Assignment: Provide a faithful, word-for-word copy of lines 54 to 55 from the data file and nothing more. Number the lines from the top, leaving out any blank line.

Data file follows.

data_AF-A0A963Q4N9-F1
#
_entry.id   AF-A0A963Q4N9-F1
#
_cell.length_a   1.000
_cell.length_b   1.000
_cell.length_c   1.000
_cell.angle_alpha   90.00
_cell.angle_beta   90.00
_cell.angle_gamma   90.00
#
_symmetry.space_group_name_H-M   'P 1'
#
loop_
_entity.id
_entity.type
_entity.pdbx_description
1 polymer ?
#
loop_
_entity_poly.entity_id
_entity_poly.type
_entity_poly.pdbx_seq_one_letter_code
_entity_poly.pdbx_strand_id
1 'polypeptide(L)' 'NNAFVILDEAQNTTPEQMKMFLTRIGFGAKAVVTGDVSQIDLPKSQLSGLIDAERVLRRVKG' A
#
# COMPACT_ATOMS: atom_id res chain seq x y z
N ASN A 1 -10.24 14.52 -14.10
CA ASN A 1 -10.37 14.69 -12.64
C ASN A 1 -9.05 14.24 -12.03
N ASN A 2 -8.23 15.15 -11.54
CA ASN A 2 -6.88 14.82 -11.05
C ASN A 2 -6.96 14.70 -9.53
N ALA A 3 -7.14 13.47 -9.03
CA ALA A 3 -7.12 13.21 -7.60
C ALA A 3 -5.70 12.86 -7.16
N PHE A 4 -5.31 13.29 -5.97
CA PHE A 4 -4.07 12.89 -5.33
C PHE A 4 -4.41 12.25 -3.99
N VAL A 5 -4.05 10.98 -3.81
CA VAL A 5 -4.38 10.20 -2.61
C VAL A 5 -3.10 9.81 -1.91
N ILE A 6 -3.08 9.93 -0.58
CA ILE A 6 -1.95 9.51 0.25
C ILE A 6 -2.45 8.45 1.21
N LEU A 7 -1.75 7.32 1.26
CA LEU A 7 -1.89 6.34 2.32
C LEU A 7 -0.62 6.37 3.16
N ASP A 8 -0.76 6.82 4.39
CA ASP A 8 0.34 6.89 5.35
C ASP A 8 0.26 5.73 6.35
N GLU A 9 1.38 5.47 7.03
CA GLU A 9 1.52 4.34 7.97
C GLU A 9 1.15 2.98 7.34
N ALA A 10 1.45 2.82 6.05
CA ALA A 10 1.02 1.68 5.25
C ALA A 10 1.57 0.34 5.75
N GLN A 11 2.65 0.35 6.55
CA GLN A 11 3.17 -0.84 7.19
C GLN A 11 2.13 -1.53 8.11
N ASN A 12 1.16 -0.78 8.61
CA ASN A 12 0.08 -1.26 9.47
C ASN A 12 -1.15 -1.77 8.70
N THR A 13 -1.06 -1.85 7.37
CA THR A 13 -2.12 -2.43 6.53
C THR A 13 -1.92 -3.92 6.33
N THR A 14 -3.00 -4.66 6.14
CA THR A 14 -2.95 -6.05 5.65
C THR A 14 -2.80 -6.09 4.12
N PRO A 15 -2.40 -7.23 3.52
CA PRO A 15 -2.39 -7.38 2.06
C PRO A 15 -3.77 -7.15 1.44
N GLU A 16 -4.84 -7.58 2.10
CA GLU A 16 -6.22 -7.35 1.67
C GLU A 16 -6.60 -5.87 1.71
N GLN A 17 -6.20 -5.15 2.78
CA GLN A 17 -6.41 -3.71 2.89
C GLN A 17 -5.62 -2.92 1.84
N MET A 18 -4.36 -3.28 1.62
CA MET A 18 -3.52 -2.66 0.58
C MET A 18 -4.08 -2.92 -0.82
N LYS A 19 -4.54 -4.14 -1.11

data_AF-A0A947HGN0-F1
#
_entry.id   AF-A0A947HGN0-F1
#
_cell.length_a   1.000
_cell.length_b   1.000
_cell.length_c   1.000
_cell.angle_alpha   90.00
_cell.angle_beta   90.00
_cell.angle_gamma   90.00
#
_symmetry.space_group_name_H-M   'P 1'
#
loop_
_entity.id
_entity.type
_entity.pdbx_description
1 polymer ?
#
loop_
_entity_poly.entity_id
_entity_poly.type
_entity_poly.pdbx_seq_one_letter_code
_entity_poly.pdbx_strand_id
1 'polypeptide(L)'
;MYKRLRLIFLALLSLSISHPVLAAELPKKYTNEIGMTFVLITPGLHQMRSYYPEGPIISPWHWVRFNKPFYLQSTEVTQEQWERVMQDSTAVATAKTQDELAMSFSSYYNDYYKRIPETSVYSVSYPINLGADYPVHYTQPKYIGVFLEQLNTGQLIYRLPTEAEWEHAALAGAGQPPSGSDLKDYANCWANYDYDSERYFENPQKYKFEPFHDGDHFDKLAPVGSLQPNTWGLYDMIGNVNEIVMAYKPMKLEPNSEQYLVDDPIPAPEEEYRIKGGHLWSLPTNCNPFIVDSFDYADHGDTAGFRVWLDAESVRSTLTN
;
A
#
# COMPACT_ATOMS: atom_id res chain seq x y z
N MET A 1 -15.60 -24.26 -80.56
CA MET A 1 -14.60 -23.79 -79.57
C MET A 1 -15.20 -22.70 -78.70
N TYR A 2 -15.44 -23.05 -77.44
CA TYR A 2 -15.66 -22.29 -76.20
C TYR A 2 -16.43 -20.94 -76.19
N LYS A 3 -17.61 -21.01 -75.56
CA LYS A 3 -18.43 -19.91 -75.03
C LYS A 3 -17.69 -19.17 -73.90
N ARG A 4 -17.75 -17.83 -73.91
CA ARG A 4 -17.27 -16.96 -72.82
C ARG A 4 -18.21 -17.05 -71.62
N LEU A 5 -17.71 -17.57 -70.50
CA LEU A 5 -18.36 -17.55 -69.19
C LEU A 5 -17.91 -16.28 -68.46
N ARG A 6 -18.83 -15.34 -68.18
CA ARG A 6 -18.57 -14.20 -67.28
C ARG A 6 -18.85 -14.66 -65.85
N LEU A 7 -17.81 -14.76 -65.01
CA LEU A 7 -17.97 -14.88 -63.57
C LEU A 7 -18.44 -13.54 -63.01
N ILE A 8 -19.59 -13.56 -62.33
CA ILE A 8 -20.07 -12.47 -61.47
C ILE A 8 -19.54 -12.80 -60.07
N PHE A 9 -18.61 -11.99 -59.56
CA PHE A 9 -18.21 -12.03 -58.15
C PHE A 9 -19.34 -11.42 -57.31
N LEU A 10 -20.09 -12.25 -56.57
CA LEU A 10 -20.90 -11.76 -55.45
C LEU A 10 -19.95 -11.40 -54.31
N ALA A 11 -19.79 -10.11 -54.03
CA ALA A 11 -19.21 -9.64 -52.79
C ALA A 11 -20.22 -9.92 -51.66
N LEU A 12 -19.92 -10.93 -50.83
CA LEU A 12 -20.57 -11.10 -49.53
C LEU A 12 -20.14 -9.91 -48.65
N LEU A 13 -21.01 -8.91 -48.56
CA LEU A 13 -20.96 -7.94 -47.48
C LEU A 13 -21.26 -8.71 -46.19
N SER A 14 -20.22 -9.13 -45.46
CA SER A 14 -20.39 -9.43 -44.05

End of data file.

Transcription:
C GLU A 9 1.15 2.98 7.34
N ALA A 10 1.45 2.82 6.05